The Story Start Inspired by my Last Bit of Rambling

This is not how this begins.

There is not a group of fat, balding men smoking cigars over the infant’s corpse.  The infant, Samantha, was not just smothered with a gasoline-sodden rag.  The shadows in the corner do not twist and curl into an infinity of teeth and claw.  In the depths of the forest behind the home that Samantha did not grow up in, a woman, chalk-white with delicate silver blades folding out of her back into wings, does not wait.  The world did not just end.

This begins with a shock of purple flowers that spring surprisingly from Elizabeth’s grass-less lawn.  She has been meaning to plant seed for weeks now, but Samantha is teething, and she doesn’t sleep for more than a couple hours at a time, and Jacob . . . well, Jacob is still Jacob.

Phone balancing between shoulder and ear, Liz tries to scrape dried egg off last week’s dishes while explaining to Haddie why moving to Watertown wasn’t the worst decision she’s made in the last decade.

“Jesus, if you had to abandon us, you could have at least moved somewhere with some culture or history.  Why bumshit New York where there are more cows than people?”

Liz cuts the water off and drops the plate.  “It’s nice here.  There’s sky, and we have a yard, an actual yard that Samantha’s going to grow up playing in.  Besides, I like cows.”  Liz hears Haddie stifle a laugh.

“You did date that one fat guy who worked at Uncle Randy’s restaurant.”

Liz is about to turn the water back on and return to scraping when she sees them.  “Holy Crap.  Haddie.  I gotta go.  I’ll call later.  Love ya.”  She doesn’t wait for a response.  She drops the phone on the counter and stares out the window above the sink.

Her front lawn, which until this moment was brown and flat and stagnant, lit up with a forest of flowers.  Purple.  More shades of purple than Liz had ever seen or dreamt.  Sunset purple and jellyfish purple and pigeon feather purple all flowing over the ground in newly formed hills.  And the flowers themselves, some tiny, bursting just an inch or two from the earth; others, as tall as herself, shedding a slight amethyst light onto all that lives below.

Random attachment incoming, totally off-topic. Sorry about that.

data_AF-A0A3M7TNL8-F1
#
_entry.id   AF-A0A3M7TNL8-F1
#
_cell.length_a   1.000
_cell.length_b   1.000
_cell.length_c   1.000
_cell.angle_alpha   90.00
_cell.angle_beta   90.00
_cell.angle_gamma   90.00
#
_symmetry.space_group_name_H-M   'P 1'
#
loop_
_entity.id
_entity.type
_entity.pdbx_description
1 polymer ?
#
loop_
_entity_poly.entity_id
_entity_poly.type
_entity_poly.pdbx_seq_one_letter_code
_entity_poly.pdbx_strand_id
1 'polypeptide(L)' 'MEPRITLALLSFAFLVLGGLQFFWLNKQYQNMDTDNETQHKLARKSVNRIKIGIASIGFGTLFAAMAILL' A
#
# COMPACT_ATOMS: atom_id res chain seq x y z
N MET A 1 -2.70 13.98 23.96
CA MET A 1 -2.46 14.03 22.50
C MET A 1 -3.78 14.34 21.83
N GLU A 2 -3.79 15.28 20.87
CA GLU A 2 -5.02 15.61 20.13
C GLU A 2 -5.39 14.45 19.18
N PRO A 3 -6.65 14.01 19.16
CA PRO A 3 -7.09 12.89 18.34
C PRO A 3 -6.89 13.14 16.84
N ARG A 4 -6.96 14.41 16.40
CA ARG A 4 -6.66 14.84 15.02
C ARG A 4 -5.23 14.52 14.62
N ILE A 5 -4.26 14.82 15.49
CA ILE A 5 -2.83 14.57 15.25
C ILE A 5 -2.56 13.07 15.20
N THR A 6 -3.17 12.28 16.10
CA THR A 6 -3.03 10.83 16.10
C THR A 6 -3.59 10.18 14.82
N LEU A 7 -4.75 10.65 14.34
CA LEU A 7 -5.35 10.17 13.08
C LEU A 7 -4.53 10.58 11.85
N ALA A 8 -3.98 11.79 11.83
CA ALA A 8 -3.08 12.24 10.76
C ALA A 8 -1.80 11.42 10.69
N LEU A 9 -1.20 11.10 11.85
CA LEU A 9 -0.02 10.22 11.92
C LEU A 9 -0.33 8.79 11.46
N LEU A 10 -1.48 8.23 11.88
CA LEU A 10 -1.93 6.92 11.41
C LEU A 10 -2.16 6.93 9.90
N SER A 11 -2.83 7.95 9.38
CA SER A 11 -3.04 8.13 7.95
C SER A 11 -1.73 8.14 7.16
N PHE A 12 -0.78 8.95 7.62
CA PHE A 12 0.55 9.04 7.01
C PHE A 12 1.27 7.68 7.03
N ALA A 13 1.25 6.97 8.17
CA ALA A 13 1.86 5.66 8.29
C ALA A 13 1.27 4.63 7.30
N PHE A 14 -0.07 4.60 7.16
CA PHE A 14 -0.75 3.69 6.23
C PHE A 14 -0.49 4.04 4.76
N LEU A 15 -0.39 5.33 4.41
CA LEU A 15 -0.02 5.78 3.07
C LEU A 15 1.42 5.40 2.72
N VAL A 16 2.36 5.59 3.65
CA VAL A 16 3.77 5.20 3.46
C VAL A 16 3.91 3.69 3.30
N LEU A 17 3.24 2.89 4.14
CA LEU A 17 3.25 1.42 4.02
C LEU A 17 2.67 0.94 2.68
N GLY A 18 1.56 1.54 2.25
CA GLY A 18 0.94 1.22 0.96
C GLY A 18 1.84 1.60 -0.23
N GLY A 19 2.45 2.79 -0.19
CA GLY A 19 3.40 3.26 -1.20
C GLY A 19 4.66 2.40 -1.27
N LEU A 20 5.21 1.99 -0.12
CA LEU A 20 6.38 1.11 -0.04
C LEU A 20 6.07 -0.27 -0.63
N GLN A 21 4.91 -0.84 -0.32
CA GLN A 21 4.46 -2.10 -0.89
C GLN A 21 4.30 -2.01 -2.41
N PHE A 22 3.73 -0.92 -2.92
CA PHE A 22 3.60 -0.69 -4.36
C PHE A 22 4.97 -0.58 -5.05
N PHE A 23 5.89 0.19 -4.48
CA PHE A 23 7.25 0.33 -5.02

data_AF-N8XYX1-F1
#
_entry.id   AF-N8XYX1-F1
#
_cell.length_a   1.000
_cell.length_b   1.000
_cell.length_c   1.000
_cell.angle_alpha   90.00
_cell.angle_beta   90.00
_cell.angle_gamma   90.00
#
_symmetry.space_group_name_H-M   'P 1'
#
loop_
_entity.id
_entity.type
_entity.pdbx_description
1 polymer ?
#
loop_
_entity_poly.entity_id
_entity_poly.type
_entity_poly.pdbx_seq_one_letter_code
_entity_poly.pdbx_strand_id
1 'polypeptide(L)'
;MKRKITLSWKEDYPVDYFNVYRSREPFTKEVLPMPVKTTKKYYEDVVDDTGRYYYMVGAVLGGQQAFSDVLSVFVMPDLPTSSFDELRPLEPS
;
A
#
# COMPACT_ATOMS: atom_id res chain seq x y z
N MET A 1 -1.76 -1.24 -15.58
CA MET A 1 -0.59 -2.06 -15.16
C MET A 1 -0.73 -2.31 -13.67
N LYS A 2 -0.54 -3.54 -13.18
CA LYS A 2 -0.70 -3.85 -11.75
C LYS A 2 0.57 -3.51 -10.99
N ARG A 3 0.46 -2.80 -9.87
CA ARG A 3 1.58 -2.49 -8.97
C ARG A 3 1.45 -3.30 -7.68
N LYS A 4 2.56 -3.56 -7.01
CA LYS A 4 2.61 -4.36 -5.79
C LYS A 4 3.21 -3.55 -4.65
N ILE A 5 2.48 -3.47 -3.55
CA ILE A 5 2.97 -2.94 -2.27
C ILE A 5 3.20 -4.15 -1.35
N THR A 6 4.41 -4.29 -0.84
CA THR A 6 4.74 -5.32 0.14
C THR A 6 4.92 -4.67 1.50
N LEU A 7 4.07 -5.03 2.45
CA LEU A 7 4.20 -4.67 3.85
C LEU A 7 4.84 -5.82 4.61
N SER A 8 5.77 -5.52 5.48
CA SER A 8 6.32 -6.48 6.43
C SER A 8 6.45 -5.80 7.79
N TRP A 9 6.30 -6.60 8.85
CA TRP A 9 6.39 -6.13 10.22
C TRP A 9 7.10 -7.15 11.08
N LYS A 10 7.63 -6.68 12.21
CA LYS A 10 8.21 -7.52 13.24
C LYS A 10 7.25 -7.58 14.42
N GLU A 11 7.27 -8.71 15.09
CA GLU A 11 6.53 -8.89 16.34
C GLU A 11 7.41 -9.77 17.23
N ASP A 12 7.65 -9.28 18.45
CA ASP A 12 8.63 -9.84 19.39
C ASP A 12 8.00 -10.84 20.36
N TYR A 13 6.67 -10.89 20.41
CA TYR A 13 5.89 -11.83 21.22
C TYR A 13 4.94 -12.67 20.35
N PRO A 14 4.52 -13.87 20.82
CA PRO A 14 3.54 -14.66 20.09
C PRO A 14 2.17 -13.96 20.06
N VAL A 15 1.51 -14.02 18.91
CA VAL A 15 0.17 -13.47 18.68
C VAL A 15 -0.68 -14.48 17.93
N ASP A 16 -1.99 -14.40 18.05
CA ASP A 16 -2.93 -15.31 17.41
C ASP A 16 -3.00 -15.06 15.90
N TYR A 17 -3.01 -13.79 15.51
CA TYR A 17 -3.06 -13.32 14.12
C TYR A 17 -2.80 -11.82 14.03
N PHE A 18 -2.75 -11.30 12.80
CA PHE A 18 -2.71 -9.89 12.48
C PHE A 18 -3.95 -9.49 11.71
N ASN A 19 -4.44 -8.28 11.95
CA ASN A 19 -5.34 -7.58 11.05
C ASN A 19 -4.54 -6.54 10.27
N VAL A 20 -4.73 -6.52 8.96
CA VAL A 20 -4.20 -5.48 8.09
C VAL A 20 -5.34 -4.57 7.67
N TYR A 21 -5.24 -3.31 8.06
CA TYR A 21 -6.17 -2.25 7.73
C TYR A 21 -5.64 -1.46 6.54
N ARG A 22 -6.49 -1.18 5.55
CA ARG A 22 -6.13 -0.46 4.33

She looks down to the soapy water in the sink then back to the yard, as if some washed grease and bubbles would cleanse her sight and show her a lawn of flat, barren dirt.  But no.  The purple still flourished.  Liz felt like she was seeing the world through the heated haze above a flame, distant and shifting.  Feels like she’s falling.  Her hands collapse onto the counter, stabilize her.  Fucking Jake.  Did he smoke some of that shit that the Lamen brothers sold him again?  There was a strange smell when I woke up, wasn’t there?

She closes her eyes and inhales deeply.  Then a cry from behind her.  From her little swing, Sam smiles.  Squeaks out a small giggle.  And those eyes, midnight-dark and deep.  Two endless beautiful holes that Liz loves falling through.

“How did I ever get along without you, huh?”  A little wobbly, Liz bends down to pick up Sam.  “Do you want to go see if Mommy’s losing her mind?”  Liz hefts Sam onto her hip and steps toward the front door.  Somehow, before she opens it, she knows exactly what she’s going to see: a dusty lawn, burnt and empty.

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One Response to “The Story Start Inspired by my Last Bit of Rambling”

  1. This story reminds me of how lost we get in our personal lives. When we see extraordinary beauty in front of our face we react with confusion or disbelief. When things are too far from our reality (work, home, relationships), we act as though it’s immposible or irrelivant to us. We need to learn to look into the stars at night and wonder. . . and not act as though they will still be the same tomorrow.

    I love it so far, can’t wait to hear more.

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